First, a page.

Starving for a Handbag at Tod's

What a strange evening I had at the Tod's party. The event was organized to celebrate the debut of a film/commercial for the company's "Pashmy" handbag, which looks something like a nylon bowling bag. The commercial was filmed by Dennis Hopper and star actress Gwyneth Paltrow, who also attended the dinner in all of her tall, slim, blonde glory.

Tall, slim and blonde Gywneth Paltrow. (Luca Bruno/AP)

The strangeness began when I arrived at the 8:30 dinner sometime in the vicinity of 8:40 to find that the doors were not open. This was not a fashion show; this was dinner! Aren't you supposed to be on time for dinner? (When my mother has a dinner party and she tells guests to be there at a certain time, by golly, they better be in their seats at the appointed hour or there is going to be hell to pay if her food gets cold.) To me this was akin to arriving at someone's home for dinner and having to stand out on the sidewalk until they finished combing their hair. Miss Manners and Mother Givhan would not have been amused.

When the doors opened we headed into a large open space with flashing lights, a bar, a disc jockey platform and various monitors showing behind the scenes footage from the filming of the commercial, which the brand insists on calling a film. I noticed that as the cocktail party wore on and the guests grew restless, the bartenders started pouring bigger and bigger drinks.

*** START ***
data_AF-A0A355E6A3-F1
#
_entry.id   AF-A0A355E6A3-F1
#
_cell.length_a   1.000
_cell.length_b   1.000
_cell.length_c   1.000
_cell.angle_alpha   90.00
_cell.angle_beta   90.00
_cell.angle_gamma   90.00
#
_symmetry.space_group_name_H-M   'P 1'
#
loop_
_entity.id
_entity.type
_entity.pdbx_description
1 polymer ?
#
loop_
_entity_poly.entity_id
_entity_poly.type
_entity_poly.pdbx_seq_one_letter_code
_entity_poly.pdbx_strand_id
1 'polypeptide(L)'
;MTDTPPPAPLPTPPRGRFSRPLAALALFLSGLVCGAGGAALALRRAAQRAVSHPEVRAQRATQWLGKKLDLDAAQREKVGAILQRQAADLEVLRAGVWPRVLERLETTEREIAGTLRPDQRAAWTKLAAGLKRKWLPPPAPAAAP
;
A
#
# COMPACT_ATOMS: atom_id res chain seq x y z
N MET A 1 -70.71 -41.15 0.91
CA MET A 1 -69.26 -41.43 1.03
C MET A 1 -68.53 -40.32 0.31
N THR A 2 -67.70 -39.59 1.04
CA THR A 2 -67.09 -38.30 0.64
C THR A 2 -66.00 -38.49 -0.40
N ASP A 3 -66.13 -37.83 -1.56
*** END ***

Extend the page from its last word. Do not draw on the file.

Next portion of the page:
I ran into Derek Lam, who designs a ready-to-wear collection for Tod's. He'll be in Paris showing his own collection to international editors. Also chatted up Thakoon Panichgul, who is collaborating on a collection for Hogan, which is part of the Tod's empire. I congratulated him on having Michelle Obama wear one of his dresses on the night her husband accepted the Democratic presidential nomination. He was still giddy from seeing his work on such a big stage, especially because she bought it herself and wasn't "styled" into it.

Around 10 p.m. we were finally seated for dinner. I was ready to swipe the bread from the plates of every person at my table. That's how hungry I was.

We finally saw the full length commercial, which was modeled after "La Dolce Vita" and featured Gwynnie being chased by papparazzi, losing her bag and having it returned to her by a charming reporter. How nice. The reporter is the hero! There were lots of close-ups of the bag, of course. Loving, glorious close-ups.

The first course, shrimp on a little puddle of tomato soup, appeared on my plate sometime around 10:30. It was delicious, but meager. If I could have stuck my entire face in the plate and licked the sides I would have done it. I was ready to gnaw on my own arm by this point.

I left before the main branzino course. I had to. There were about 250 people at the party and I needed to get a cab. I had to beat the crowds. While it was an odd evening and more glamorous in theory than in reality, I will say that I admire Diego della Valle - he's Mr. Tod's - and his forthright behavior. The evening was about promoting the brand. There was even a photographer following him around toting a veritable photo studio.

And all was not lost. I got to wear my new gold and silver metallic snakeskin Dolce & Gabbana heels that I bought -- half price! -- at an outlet on Capri. Yeah, I know. Like I needed to be buying sparkly shoes when the econonmy is tanking. I figure if it gets any worse, their reflected glow will keep me warm this winter.

By Robin Givhan |  September 25, 2008; 7:30 AM ET
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Thank you. I thoroughly enjoy your personal view of the collections. I bet your shoes are fabulous.

Posted by: Bethesda | September 25, 2008 4:40 PM

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